Diagnostic and Management Issues in Gallbladder Carcinoma

January 1, 2002

This paper by Abi-Rached and Neugut provides an overview of the diagnosis and treatment of gallbladder carcinoma, a rare, yet frustratingly difficult disease to manage [1]. Overall, we agree with the risk factors described in this review. We would add that, in addition to chronic cholecystitis, porcelain gallbladder, and retained gallbladder (secondary to cholecystostomy), cholecysto-enteric fistulas have also been associated with a higher incidence of gallbladder carcinoma [2,3] Patients with ulcerative colitis are known to be at higher risk for cholangiocarcinoma, and there is also some evidence that these patients have an increased risk of gallbladder cancer.

This paper by Abi-Rached and Neugut provides an overview of thediagnosis and treatment of gallbladder carcinoma, a rare, yetfrustratingly difficult disease to manage [1]. Overall, we agreewith the risk factors described in this review. We would add that,in addition to chronic cholecystitis, porcelain gallbladder, andretained gallbladder (secondary to cholecystostomy), cholecysto-entericfistulas have also been associated with a higher incidence ofgallbladder carcinoma [2,3] Patients with ulcerative colitis areknown to be at higher risk for cholangiocarcinoma, and there isalso some evidence that these patients have an increased riskof gallbladder cancer.

Benign adenomas of the gallbladder have been described as incurringa slightly increased risk, but this evidence is not very convincing.In a recent paper from Chile, where a high incidence of benignand malignant gallbladder disease has been noted, a definite associationbetween metaplasia in the specimen and the age of the patientwas reported [4]. In addition, severe hyperplasia is associatedwith higher incidences of dysplasia and carcinoma in situ, inferringa progression from hyperplasia and dysplasia to carcinoma in situ.


As mentioned in the Abi-Rached/Neugut review, patients with gallbladdercancer often present with classic symptoms of benign gallbladderdisease, with persistent, gnawing pain in the right upper quadrantas the disease progresses. In one large series, the average durationof symptoms prior to presentation was 3 months [3]. The presenceof jaundice is an indicator of advanced, unresectable disease.Ultrasound is the most sensitive and informative initial test,as most patients being evaluated have benign gallbladder disease;however, CT provides better anatomic detail in evaluating theliver and porta hepatis for adenopathy in patients with advanceddisease. Unfortunately, current imaging techniques too often failto detect small lesions such as peritoneal implants.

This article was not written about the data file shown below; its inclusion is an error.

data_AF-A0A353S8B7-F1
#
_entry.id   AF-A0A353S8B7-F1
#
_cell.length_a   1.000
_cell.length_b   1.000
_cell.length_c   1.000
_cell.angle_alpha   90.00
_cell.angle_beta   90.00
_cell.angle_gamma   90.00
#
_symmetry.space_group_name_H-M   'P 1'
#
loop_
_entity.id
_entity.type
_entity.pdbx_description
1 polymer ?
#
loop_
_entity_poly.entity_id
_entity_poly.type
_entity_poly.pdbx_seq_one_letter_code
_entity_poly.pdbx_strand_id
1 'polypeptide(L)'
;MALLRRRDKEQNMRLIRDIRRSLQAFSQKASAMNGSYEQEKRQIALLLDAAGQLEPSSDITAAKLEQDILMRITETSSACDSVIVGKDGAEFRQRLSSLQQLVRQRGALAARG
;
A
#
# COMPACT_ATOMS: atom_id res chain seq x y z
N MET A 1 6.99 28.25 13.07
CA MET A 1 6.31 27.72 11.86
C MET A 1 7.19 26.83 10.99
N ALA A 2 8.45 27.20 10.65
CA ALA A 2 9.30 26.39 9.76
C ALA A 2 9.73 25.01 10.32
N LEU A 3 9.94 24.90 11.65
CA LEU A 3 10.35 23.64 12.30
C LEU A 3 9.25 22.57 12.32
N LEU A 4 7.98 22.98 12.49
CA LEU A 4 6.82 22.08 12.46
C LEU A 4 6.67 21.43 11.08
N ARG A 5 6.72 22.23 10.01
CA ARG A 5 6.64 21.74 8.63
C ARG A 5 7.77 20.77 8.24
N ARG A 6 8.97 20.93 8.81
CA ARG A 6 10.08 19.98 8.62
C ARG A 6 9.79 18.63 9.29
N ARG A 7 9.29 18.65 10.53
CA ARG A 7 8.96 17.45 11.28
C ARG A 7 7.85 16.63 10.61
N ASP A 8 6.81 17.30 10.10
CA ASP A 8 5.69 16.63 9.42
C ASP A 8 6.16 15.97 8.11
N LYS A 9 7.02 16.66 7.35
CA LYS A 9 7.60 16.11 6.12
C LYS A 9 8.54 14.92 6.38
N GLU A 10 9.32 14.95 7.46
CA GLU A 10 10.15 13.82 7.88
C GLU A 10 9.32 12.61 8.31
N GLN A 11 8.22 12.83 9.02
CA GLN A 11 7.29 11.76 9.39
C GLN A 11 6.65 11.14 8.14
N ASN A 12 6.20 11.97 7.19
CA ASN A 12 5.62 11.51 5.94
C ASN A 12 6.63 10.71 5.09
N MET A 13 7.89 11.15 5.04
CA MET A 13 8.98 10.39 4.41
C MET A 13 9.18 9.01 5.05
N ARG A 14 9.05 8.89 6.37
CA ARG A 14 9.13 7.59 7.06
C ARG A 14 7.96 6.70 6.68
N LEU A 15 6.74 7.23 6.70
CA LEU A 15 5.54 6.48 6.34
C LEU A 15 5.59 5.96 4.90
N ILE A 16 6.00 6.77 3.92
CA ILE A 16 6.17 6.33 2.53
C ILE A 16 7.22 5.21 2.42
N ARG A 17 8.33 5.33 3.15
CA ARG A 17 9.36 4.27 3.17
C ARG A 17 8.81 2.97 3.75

The role of surgery in the treatment of gallbladder carcinomacontinues to be reevaluated in the surgical literature. Most authorsagree that simple cholecystectomy is adequate therapy when tumorsare confined to the mucosa or barely penetrate the muscularispropria layers [2]. Survival in this select group ranges from60% to 90%, and in several series approaches 100%. Unfortunately,only 5% to 10% of cases present with asymptomatic gallbladdercancer and have limited invasion of the gallbladder wall.

Radical surgery has been shown to improve survival in selectedpatients when disease extends beyond the muscularis and into theserosa (or into the liver). In a recent German series of 113 patients,the median survival was 14 months after curative resection and5.8 months after palliative resection, compared with 3.6 monthsafter exploration alone. In another series, from the Mayo Clinic,that included 111 patients, the median survival after radicalcholecystectomy was 3.6 years vs 8 years after simple cholecystectomy.In this series, survival was related to stage, ranging from 100%in patients with stage I (mucosal) to 25% in patients with stagesIII and IV disease (muscularis/serosal invasion).5 In severalseries, patients with disease limited to invasion of the muscularis/serosa,survival was markedly better with radical cholecystectomy (90%)than with simple cholecystectomy (41%) [6].

Although survival in patients with stage III (into serosa) orstage IV (nodal disease) is poor in Western series of patients(less than 10%), survival in Japanese series is reported to be20% [6]. This may represent major genetic differences, as wellas possible therapeutic differences. In a large Japanese seriesthat included 2,567 patients, the 5-year survival for patientswith stage III and stage IV disease was 20% [6]. As expected,survival was significant lower in patients with transmural tumorinfiltration or nodal metastasis than in those with cancer confinedto the gallbladder wall.